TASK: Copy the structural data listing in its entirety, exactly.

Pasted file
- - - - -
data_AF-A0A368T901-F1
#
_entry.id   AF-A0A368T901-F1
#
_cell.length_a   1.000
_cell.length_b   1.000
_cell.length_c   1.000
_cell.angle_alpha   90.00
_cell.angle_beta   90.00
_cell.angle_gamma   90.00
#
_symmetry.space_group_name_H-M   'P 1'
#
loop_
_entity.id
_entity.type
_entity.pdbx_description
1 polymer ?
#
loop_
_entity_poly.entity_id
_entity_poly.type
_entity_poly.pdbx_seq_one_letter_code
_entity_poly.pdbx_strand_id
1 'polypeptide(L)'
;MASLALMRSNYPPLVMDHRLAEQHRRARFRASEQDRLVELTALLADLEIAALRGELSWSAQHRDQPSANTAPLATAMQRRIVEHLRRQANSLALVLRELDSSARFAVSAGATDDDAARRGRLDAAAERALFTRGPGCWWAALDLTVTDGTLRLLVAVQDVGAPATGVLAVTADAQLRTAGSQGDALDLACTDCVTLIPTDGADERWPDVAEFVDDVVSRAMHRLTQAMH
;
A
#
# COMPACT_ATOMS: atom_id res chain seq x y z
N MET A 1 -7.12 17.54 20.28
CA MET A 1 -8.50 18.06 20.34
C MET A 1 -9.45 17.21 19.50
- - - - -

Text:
data_AF-A0A368T901-F1
#
_entry.id   AF-A0A368T901-F1
#
_cell.length_a   1.000
_cell.length_b   1.000
_cell.length_c   1.000
_cell.angle_alpha   90.00
_cell.angle_beta   90.00
_cell.angle_gamma   90.00
#
_symmetry.space_group_name_H-M   'P 1'
#
loop_
_entity.id
_entity.type
_entity.pdbx_description
1 polymer ?
#
loop_
_entity_poly.entity_id
_entity_poly.type
_entity_poly.pdbx_seq_one_letter_code
_entity_poly.pdbx_strand_id
1 'polypeptide(L)'
;MASLALMRSNYPPLVMDHRLAEQHRRARFRASEQDRLVELTALLADLEIAALRGELSWSAQHRDQPSANTAPLATAMQRRIVEHLRRQANSLALVLRELDSSARFAVSAGATDDDAARRGRLDAAAERALFTRGPGCWWAALDLTVTDGTLRLLVAVQDVGAPATGVLAVTADAQLRTAGSQGDALDLACTDCVTLIPTDGADERWPDVAEFVDDVVSRAMHRLTQAMH
;
A
#
# COMPACT_ATOMS: atom_id res chain seq x y z
N MET A 1 -7.12 17.54 20.28
CA MET A 1 -8.50 18.06 20.34
C MET A 1 -9.45 17.21 19.50